After my marriage ended, the first healing relationship I had was with a kind and generous man who, unfortunately, had a problem with body odor. It took me a while to become aware of it because our romance began in the summer at a house with a private swimming pool.

When fall and winter came and we were no longer cavorting in the pool, his body odor began to bother me too much and after a few Cape Cod days in an enclosed, air-conditioned, luxury, recreation vehicle, and with the looming specter of spending a week captive aboard the Mississippi Queen with him, I couldn’t stand it any more and ended the relationship.

My over-sensitive nose has continued to create problems for me: I seem to be bothered more than my housemates by bus fumes, meandering skunks, and trash burning in a neighbor’s backyard incinerator that masquerades as a barbecue grill.

After said neighbors were given a citation by the police for setting their tree — and almost the whole neighborhood — on fire with the grill, the worst of the smells abated. Often, I get an adrenaline rush when I think I smell smoke.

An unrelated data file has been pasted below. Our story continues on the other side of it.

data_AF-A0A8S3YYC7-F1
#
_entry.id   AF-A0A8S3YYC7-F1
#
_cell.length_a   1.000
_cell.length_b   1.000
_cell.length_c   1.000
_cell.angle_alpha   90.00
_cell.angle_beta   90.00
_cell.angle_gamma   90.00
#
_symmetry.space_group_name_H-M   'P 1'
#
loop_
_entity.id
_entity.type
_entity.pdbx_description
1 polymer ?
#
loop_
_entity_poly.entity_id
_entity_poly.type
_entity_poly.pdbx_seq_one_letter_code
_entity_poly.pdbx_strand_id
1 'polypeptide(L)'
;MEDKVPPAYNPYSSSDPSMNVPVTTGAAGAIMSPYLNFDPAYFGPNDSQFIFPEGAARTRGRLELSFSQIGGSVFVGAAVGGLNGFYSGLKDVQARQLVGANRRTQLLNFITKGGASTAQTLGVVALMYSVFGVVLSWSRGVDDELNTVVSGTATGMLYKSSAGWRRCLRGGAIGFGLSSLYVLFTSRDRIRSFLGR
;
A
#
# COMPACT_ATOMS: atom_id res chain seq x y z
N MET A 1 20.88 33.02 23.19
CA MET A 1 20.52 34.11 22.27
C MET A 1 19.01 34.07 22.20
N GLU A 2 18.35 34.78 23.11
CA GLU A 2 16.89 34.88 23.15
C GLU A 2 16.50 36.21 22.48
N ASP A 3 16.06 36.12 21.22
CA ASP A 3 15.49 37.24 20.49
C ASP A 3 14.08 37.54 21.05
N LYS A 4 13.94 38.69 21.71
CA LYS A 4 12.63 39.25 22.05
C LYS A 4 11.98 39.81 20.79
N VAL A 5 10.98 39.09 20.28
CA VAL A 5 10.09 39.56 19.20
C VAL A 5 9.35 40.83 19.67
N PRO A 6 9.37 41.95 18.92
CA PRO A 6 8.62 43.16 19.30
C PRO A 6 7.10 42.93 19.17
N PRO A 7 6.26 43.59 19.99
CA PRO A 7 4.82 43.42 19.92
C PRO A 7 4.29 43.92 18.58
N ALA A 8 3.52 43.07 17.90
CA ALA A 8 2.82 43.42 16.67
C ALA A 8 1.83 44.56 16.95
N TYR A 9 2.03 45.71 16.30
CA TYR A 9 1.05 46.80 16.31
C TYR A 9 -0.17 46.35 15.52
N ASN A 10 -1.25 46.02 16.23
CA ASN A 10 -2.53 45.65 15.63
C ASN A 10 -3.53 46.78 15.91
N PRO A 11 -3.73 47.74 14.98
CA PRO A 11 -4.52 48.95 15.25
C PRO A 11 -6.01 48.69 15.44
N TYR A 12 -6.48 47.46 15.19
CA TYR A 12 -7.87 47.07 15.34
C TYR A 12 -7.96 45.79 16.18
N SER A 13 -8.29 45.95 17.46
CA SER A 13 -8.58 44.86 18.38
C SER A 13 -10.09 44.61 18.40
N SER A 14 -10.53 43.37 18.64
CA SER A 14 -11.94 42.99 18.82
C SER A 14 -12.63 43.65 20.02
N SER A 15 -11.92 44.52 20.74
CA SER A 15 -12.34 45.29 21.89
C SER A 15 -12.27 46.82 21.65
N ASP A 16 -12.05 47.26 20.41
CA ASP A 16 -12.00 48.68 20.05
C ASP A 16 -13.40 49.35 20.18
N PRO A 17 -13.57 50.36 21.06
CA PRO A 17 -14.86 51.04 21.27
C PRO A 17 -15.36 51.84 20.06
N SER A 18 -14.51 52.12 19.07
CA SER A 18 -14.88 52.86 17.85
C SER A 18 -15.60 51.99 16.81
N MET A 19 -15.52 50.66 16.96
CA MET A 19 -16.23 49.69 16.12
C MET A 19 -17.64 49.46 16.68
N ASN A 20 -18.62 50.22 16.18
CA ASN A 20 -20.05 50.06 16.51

Late on a recent night, I began to detect an odor that I couldn’t identify. It got stronger as the evening progressed. It was a night when my window fans were going full-force. About midnight, it finally dawned on me: my next-door neighbor’s AC was on and exhausting the smell of soul food directly into my fan’s inflow of air.

You need to know that my favorite restaurant is called Soul Dog, BUT although much of my neighbor’s cooking smells tantalizing, making me wish they’d invite me over, let me tell you — black-eyed peas cooking at midnight does not a pretty smell make.

[INVITATION: All elders, 50 and older, are welcome to submit stories for this blog. They can be fiction, non-fiction, poetry, memoir, etc. Instructions for submitting are here.]

Posted by Ronni Bennett at 05:30 AM | Permalink | Email this post


I'm still using a certain brand of hand lotion because I received a tiny bottle of it as a gift when I was seven years old. I loved the scent then and fifty-three years later, it still makes me happy. Lucky for me it's much cheaper than any new brand.